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Abby's redemption arc in The Last of Us Part 2 is the only one that matters (spoilers)

Anyone who’s made a significant change in their life for the better knows there’s a tipping point where you just get sick and tired of your own bullshit. Wanting to change is often framed as an altruistic act, one you do in service to others. In my experience, that’s not the case.

Wanting to change comes from a place of feeling bad for doing whatever it is you’re doing and deciding enough is enough. Video games’ male protagonists are no strangers to this; characters like Kratos and Booker Dewitt attempt to turn their lives around once they can no longer stand to be who they are. Women, on the other hand, are not usually given this treatment - the only messiness they’re usually allowed is hysterics, like the women from Resident Evil 7, or overprotective motherhood as seen with Freya. But Abby from The Last of Us Part 2 is a blatant exception to that trend.

Abby’s “redemption” is both refreshing, and far more believable, because it’s honest about the selfish nature of her changes. The shift begins on Day 2, when she goes back for Lev and Yara in a fit of guilt and shame after sleeping with her otherwise-partnered ex, Owen. Her reasoning for returning is cemented when the kids ask why she came back. Abby, clearly uncomfortable, reveals that she feels guilty for basically everything around her that’s falling apart, and coming back for them was a way to ease her conscience.

Mel, Owen’s current partner, calls Abby out on this, implying that Abby is trying to use Yara and Lev to get into Owen’s good graces. While Mel is wrong about the reasoning behind it, she is correct that Abby is using these kids. But Abby’s ulterior motive isn’t to sweep Owen away in a tide of domesticity, it’s to help temper her guilt over abandoning Isaac to find Owen, and subsequently sleeping with Owen behind Mel’s back in order to feel something. Abby knows she’s not a good person, and she needs some relief from that knowledge.

Day 2 also makes it apparent that Abby is a fiercely loyal person when she cares about someone. Despite direct orders from her superior, Abby, who up until this point has been the pinnacle of authoritarian behavior, leaves the WLF base to find Owen and make sure he’s okay. Once she grows attached to Lev and Yara, she exhibits the same behavior, taking on the scariest boss in the game - the Rat King - to save Yara’s life and keep Lev from losing his sister, and eventually killing her former WLF compatriots to protect him.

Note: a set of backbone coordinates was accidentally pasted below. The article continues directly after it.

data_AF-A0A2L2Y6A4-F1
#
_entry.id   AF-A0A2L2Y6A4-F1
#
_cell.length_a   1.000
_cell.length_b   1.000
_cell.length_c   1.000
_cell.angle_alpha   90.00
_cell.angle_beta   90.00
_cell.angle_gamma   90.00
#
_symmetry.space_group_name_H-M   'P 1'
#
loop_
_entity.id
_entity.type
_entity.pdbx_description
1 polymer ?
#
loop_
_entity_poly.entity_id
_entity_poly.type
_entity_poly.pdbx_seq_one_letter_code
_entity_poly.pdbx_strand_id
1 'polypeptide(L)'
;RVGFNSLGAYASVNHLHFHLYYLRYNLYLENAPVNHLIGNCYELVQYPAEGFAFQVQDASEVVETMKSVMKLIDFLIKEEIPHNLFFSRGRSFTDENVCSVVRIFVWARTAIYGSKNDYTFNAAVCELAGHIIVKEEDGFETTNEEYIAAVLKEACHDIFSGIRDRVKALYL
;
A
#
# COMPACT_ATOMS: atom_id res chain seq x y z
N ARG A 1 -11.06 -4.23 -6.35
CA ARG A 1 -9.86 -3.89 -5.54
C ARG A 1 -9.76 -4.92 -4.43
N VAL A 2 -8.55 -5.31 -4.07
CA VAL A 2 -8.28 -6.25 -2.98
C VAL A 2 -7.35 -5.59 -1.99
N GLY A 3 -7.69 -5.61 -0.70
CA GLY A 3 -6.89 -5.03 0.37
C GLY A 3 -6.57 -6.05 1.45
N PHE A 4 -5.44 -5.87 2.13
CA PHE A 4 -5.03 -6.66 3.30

Much like how Abby’s love for Owen is selfish, her love of Yara and Lev is as well. She sees them as a way to feel less terrible about herself at first, and then as an excuse to finally break away from the violent, oppressive life she’s been leading by taking them with Owen to Santa Barbara and abandoning the WLF once and for all. Once that dream is shattered by Ellie’s murderous rage, Lev is the only person Abby has left, and it becomes her new mission to keep him safe, no matter the cost.

Abby doesn’t change because she realizes it’s her moral obligation to be a better person, she seeks relief in paying for her sins by saving these kids, and only shows restraint so as to not lose Lev. When Abby is threatening Dina, and Ellie tells her she’s pregnant, Abby says, “Good.” The only thing that stops her from slitting Dina’s throat is Lev’s protest. Knowing that continuing this cycle of brutality will push Lev away keeps Abby in check, because she cannot bear to lose him.

We can’t change people, they have to make that choice themselves, but oftentimes there are people we want to change for - not necessarily because we want to be better overall, but because we want to be good enough for those people to stay. Abby is no different, and that’s why she’s able to walk away not only first, but repeatedly.

Ellie’s desire to finish this feud is so strong, she’s willing to pay any price to get it, including letting go of Dina and her son JJ. But Abby, on the other hand, refuses to lose Lev. By being honest with herself about her feelings towards Lev and her desire to switch trajectories, Abby is able to actually change. Lev had to stop Abby from killing Dina, Tommy, and Ellie in the theater, but the second time around, Abby didn’t need any outside help to control herself. After Ellie cut them down, Abby leads her away and shows her to her own boat so that she can escape, all of her own volition.

But though she’s changed, Abby is still Abby. She’s not suddenly some saintly pacifist who refuses to do harm no matter what. When Lev’s life is in danger, she doesn’t hesitate to try to take Ellie down as brutally as we’ve come to expect. Had she not been strung up for days she may well have succeeded. She is better, and even someone worth rooting for, but she’s not good by any means either. The progress she has made though at least offers hope for what’s to come.

We don’t know where Lev and Abby end up, but together, there’s at least the possibility of a brighter future, and in a story as bleak as this one, it’s a redemption that was earned.

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